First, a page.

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Clin Kidney J. 2017 Jun;10(3):323-331. doi: 10.1093/ckj/sfx003. Epub 2017 Mar 15.

Acute kidney injury-an overview of diagnostic methods and clinical management.

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Department of Medicine, Solna, Karolinska Institutet, Stockholm, Sweden.
Department of Anesthesiology, Surgical Services and Intensive Care Medicine, Karolinska University Hospital, Stockholm, Sweden.
Deparment of Medicine, University of Otago Christchurch and Emergency Department, Christchurch Hospital, Christchurch, New Zealand.
Section of Cardiothoracic Surgery, Karolinska University Hospital, Stockholm, Sweden.
Department of Molecular Medicine and Surgery, Karolinska Institutet, Stockholm, Sweden.
Department of Emergency Medicine, Huddinge, Karolinska University Hospital, Stockholm, Sweden.


Acute kidney injury (AKI) is a common condition in multiple clinical settings. Patients with AKI are at an increased risk of death, over both the short and long term, and of accelerated renal impairment. As the condition has become more recognized and definitions more unified, there has been a rapid increase in studies examining AKI across many different clinical settings. This review focuses on the classification, diagnostic methods and clinical management that are available, or promising, for patients with AKI. Furthermore, preventive measures with fluids, acetylcysteine, statins and remote ischemic preconditioning, as well as when dialysis should be initiated in AKI patients are discussed. The classification of AKI includes both changes in serum creatinine concentrations and urine output. Currently, no kidney injury biomarkers are included in the classification of AKI, but proposals have been made to include them as independent diagnostic markers. Treatment of AKI is aimed at addressing the underlying causes of AKI, and at limiting damage and preventing progression. The key principles are: to treat the underlying disease, to optimize fluid balance and optimize hemodynamics, to treat electrolyte disturbances, to discontinue or dose-adjust nephrotoxic drugs and to dose-adjust drugs with renal elimination.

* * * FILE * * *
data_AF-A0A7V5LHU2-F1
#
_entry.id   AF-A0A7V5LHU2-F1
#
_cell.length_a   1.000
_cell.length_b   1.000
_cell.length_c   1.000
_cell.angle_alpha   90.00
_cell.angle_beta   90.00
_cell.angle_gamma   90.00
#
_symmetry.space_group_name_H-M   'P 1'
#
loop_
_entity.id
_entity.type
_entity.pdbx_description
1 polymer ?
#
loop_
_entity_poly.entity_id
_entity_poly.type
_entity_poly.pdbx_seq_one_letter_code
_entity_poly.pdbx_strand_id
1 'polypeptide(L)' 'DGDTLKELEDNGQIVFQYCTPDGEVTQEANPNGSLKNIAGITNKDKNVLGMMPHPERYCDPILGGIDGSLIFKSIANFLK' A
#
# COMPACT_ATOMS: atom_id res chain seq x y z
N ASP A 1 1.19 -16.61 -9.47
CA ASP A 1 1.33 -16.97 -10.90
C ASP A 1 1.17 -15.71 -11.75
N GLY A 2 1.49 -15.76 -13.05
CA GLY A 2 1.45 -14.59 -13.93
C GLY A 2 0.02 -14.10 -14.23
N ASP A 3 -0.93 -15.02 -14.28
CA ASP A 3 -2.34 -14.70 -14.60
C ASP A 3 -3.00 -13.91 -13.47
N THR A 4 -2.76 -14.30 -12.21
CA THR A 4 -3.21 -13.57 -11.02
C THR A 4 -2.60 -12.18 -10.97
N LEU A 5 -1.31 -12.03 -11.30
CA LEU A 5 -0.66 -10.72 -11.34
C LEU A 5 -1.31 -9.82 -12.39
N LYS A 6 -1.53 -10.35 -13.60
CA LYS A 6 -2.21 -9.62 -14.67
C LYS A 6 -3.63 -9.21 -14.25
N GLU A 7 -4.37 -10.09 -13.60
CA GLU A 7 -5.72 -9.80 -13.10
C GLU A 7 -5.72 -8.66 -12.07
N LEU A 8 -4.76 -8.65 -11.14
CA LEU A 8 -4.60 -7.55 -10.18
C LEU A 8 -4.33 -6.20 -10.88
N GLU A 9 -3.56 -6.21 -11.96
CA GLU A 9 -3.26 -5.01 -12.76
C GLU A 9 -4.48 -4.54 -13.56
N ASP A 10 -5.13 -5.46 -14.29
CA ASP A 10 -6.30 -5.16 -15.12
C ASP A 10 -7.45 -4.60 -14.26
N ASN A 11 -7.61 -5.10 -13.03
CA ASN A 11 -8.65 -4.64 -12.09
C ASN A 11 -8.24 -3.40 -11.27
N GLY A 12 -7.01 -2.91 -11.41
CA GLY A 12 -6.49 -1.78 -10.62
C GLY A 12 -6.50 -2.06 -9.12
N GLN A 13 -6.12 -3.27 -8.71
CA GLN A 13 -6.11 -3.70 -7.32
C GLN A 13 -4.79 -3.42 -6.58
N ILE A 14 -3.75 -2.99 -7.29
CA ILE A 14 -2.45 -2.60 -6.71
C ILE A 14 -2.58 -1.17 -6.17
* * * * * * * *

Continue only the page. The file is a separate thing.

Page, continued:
acute kidney injury; diagnosis; review; therapeutics

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